If I were to ask this question of a random sampling of leaders and employees, how do you think they’d answer?
Most likely, everyone would present themselves as an open-minded, thoughtful human being, unswayed by their bias. (Except for that weird guy from the third floor. But he’s probably a sociopath.)
The reality is that people don’t like to think of themselves as closed-minded, or at the very least, they know better than to admit it. That’s because companies work like hell to hammer home the fact that inclusion, respect, diversity, love, peace, unicorns and rainbows are an integral part of a successful workplace. And it IS important to be inclusive and respectful.
But deep down, we all kind of suck at it.
I don’t mean we’re all assholes and racists or anything. I just mean that we fool ourselves into thinking we’ve got control over our natural biases. And not just the big ones (gender, race, age, etc.) – I’m talking about white-collar, blue-collar, where you went to school, the shoes you wear, what music you listen to…that kind of stuff. Even the most well-intentioned, self-aware person has inherent biases. [For an eye-opening revelation about your own biases, take the Project Implicit test from Harvard. It’s free. And a little spooky.]
All those little biases add up to a pretty significant impact on our decision-making.
Don’t believe me? Look at your hiring practices. Many organizations have some sort of diversity initiative in place – whether it’s monitoring and reporting, or a specific process to ensure a certain candidate pool mix. Hopefully, these programs ARE making a difference for your organization on a macrolevel.
Now look at the teams around you. Look at YOUR team.
Is everyone just a little too…the same?
Do you all like the same things? Have similar backgrounds? Make decisions the same way?
Did you even realize it when you hired them?
BOOM. That’s bias in action, baby.
If you want to be closer to the level of open-mindedness you claim to have, you have to be aware you’re not perfect and be proactive in your approach to make a difference. Here are a few things you can try, either as a leader or an employee:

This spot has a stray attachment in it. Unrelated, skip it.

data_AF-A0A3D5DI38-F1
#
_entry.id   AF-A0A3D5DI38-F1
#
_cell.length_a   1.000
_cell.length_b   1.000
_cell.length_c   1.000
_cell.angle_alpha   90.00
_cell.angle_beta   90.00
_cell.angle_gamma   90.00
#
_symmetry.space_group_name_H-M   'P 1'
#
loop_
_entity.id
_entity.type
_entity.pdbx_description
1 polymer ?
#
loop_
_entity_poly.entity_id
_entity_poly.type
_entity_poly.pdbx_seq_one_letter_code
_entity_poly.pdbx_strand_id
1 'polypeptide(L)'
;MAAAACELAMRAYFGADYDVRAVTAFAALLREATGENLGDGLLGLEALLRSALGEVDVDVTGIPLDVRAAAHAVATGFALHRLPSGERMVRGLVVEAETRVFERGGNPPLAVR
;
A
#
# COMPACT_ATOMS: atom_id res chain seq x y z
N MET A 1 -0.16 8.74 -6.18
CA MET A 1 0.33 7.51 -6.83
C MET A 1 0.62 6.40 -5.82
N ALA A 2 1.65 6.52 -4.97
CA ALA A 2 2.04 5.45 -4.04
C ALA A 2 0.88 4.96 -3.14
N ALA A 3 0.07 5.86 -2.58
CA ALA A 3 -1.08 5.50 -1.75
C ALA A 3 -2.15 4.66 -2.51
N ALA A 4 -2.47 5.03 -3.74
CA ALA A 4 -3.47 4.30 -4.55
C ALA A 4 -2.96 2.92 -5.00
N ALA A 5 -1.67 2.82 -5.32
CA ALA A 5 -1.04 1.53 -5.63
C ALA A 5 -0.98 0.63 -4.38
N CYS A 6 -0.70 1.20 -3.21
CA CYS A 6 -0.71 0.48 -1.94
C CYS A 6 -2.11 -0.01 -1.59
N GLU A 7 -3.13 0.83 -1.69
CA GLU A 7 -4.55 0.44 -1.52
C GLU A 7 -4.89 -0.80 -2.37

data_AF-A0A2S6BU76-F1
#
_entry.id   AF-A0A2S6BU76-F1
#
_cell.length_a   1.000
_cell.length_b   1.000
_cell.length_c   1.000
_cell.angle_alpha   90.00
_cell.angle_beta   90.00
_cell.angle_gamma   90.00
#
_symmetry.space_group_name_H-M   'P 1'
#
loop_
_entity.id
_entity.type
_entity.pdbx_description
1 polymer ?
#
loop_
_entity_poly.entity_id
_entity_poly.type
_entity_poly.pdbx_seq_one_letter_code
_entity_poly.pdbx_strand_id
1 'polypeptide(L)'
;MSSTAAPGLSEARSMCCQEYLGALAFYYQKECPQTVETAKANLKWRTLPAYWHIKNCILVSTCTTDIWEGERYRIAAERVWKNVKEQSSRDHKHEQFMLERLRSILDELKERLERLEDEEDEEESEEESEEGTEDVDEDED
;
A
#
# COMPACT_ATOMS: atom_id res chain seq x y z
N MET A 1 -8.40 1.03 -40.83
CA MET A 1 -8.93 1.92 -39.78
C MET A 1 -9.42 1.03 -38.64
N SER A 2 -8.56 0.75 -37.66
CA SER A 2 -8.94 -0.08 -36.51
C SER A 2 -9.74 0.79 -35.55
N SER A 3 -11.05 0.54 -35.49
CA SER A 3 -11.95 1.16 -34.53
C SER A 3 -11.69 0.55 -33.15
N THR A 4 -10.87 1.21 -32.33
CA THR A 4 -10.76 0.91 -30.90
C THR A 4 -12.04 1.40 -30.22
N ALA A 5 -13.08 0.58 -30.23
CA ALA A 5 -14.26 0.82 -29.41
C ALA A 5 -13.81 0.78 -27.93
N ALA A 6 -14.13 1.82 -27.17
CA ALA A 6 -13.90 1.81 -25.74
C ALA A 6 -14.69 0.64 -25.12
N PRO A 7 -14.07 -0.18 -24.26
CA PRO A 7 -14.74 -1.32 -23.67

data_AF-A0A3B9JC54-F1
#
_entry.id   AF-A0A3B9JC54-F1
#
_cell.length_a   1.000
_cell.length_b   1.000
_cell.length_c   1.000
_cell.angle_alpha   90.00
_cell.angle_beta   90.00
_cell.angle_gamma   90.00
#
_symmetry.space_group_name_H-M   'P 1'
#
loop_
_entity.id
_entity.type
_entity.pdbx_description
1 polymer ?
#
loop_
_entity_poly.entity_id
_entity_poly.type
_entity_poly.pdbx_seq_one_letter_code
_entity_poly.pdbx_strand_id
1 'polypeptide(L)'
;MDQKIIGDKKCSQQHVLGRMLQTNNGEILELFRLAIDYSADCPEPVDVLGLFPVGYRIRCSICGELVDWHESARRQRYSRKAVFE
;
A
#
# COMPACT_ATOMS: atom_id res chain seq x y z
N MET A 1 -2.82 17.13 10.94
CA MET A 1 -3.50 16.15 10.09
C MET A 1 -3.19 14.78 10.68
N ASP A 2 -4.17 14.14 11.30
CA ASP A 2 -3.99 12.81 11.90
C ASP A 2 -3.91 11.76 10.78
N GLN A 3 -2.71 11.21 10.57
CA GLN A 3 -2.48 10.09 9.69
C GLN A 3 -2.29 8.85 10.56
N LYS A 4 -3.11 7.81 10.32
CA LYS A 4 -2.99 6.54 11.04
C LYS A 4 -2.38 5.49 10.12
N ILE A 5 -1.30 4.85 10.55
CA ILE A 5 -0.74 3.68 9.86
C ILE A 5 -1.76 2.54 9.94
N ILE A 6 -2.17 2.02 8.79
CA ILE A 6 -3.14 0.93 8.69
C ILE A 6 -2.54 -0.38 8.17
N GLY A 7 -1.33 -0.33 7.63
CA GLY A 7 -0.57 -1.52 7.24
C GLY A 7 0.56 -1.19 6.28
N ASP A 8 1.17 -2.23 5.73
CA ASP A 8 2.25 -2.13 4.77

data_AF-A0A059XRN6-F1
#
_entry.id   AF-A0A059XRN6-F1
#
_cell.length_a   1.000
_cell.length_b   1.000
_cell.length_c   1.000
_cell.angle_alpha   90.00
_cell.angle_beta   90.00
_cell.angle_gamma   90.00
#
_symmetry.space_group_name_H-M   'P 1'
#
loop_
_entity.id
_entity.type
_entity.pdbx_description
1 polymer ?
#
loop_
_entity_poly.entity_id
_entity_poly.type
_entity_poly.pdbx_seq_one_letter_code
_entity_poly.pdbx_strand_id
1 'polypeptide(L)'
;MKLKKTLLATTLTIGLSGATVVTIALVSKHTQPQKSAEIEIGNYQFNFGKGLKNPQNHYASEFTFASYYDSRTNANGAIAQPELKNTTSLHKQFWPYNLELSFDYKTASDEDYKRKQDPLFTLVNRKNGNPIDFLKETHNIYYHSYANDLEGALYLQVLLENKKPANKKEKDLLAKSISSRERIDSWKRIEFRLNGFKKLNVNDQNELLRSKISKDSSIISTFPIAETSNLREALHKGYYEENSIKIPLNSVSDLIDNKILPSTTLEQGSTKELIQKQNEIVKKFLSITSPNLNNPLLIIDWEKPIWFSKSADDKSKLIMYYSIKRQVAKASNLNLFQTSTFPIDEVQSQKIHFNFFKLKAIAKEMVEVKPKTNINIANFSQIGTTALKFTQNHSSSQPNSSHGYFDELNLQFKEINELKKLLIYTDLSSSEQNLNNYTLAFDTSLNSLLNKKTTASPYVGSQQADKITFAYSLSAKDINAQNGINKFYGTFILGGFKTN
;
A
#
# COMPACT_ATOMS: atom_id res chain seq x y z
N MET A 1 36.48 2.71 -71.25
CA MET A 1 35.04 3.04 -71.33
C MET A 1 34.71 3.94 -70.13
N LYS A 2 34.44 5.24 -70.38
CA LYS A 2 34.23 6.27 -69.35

- Hiring practices: When hiring, consider taking off names, addresses and school names off the resume. Just look at whether the person meets the required education level and has the right experience. (Bias exists for peers just as much as hiring managers!)
- Job design: Question whether the education level you’re requiring for a job even makes sense. A college degree does not magically make you a better employee and mean you can do the job. I’m not saying it’s NOT a good thing, but question your implicit assumption it’s required for success.
- Teams: Challenge your need to like everyone you work with. I mean, it’s nice and all…but a lot of times we like people because they’re just like us. Same can be boring and stifle innovation. Build and/or join a team with people who will challenge your thinking.
- Silos: Go learn more about the people who do work that is wildly different from yours. If you’re in a corporate office, do some ridealongs with the field folks. If you’re in the field, shadow the corporate people. Understanding of the unknown helps breaks down bias and assumptions.
- Ideas: What happens who you propose an idea and someone questions it? Do you defend it to the death? Do you think the other person is an idiot because they don’t agree? Do you assume they don’t like it because they don’t have your background? All of the above? To be truly open-minded, you have to be open to the fact that you DON’T know everything…even about the topic you’re supposedly THE expert in. Listen and learn.
These are just a few ideas on how you can set up an environment that encourages open-mindedness through behavior, not intention.
Give one or two of them a shot. After all, you’re open-minded….
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